Based on our observations of the fishing action and ocean conditions in the Bahamas, particularly from Eleuthera to the Abacos over the last 20+ years it appears that excellent fishing action overall occurs within the BBC tournament area when there is a substantial volume of the “blue marlin water” pushing over the 100 fathom (600 feet, 200 meters) and shallower ledges along the eastern side of Eleuthera and the Abacos. Relatively good fishing seasons occur when this water only occurs over the 500-1000 fathom depths, but does not reach the 100 fathom and shallower depths of both areas. Mediocre years occur when there is a lack of this water over these areas. Short pulses of this water bring fish into the area along with pulses of fishing action. However, unless the flow is persistent, the catch rates remain so-so over the longer term.

Above: Figure 3 (left hand side) was derived from a variety of infrared sensors on NASA, NOAA, JPSS and ESA satellites during March 11, 2016 and Figure 4 was derived from the ocean color imagery during March 11 & 13, 2016 from the VIIRS sensors on SNPP satellites respectively. We consider this an image pair.
Please click here to view the full 2016 forecast on our website now!New Website Explores National Effort to Better Understand Marine Life, Ecosystem Change
Article Courtesy:

U.S. monitoring network zeroes in on marine biodiversity as an indicator of change in the ocean.

The U.S. Marine Biodiversity Observing Network (U.S. MBON), an effort to improve our understanding of changes and connections between marine biodiversity and ecosystems, recently launched a new website. In addition to exploring the vision and themes of the network’s demonstration projects, the site offers profiles of projects in progress and outlines future goals for data integration, animated seascape mapping, and technology applications such as new methods for genomic sampling and analysis.

Biodiversity is the proverbial “canary in the coal mine” and can be an early indicator of change in the ocean—for better or for worse—provided it’s noticed. By building a comprehensive network, researchers and decision-makers hope to better understand how ecosystems are changing, more accurately forecast long-term trends, and plan for events like harmful algal blooms. U.S. MBON brings together experts in remote sensing, genomics, ecology and biogeochemistry, and data management to define and monitor ocean variables essential for studying ecosystem, biodiversity, and oceanographic conditions over time.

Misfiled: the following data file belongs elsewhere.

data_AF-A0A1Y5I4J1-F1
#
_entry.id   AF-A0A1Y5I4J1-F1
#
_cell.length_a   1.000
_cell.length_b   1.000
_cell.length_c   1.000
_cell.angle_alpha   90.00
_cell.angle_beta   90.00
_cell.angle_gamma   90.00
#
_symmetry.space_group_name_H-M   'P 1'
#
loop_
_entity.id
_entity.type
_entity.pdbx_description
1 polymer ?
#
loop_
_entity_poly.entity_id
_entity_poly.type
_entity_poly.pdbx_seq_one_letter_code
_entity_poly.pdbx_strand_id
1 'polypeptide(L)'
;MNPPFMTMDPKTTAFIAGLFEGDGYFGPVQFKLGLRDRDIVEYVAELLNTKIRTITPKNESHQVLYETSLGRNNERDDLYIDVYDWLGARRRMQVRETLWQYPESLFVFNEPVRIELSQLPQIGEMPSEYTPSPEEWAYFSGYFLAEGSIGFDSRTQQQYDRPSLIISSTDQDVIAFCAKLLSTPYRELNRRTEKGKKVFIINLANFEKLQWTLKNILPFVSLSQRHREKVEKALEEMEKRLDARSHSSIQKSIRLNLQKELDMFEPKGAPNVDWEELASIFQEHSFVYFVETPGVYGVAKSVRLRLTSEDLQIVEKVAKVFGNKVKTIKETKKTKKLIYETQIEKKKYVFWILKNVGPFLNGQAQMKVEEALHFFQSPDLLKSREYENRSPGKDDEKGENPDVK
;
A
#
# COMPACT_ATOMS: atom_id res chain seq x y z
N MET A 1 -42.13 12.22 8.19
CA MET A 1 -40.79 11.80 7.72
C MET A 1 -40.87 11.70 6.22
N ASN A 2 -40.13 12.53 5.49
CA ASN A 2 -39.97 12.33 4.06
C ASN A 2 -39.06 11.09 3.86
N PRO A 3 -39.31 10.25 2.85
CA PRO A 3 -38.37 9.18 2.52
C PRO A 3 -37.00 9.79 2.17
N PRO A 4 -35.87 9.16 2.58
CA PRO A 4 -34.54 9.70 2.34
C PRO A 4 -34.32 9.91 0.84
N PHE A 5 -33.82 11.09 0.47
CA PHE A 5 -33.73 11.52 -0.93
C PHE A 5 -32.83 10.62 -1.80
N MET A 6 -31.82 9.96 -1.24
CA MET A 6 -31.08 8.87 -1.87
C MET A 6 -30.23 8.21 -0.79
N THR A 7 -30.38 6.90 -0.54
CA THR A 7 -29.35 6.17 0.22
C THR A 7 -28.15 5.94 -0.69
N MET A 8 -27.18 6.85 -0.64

Above: Biodiversity Benchmark – Marine biodiversity can be an early indicator of change in the ocean, provided it’s noticed. The U.S. Marine Biodiversity Network aims to ensure that scientists not only notice changes in biodiversity, but also have the tools in place to better understand what these changes tell us about ocean health over time. Kelp forests within Monterey Bay National Marine Sanctuary, shown here, are part of the observation network.
Please click here to read more on the new website which explores the national effort to better understand marine life & ecosystem change on our website now!


Commencing approximately March 28, 2016 and continuing until approximately April 16, 2016, the Naval Research Laboratory will deploy research equipment at 6 mooring locations. The planned locations of the moorings are in approximate positions:

Mooring (1), 30-10-28.16N 088-01-07.57W

Mooring (2), 30-10-57.00N 088-04-40.51W

Mooring (3), 30-12-03.49N 088-07-22.15W

Mooring (4), 30-07-46.13N 088-07-23.09W

Mooring (5), 30-03-06.80N 088-07-18.91W

Mooring (6), 29-58-40.01N 088-07-16.00W

Mooring (1) will extend 2 feet off bottom. Moorings (2) and (3) will extend with a line to just below the ocean surface. Moorings (4), (5), and (6)

will extend with a line to 30-foot below surface. Nine inch in diameter white buoys with a flashing yellow 2.2s, light characteristic will be deployed to mark these subsurface moorings. Mariners are asked to not disturb these experiments and are urged to use caution when transiting the area.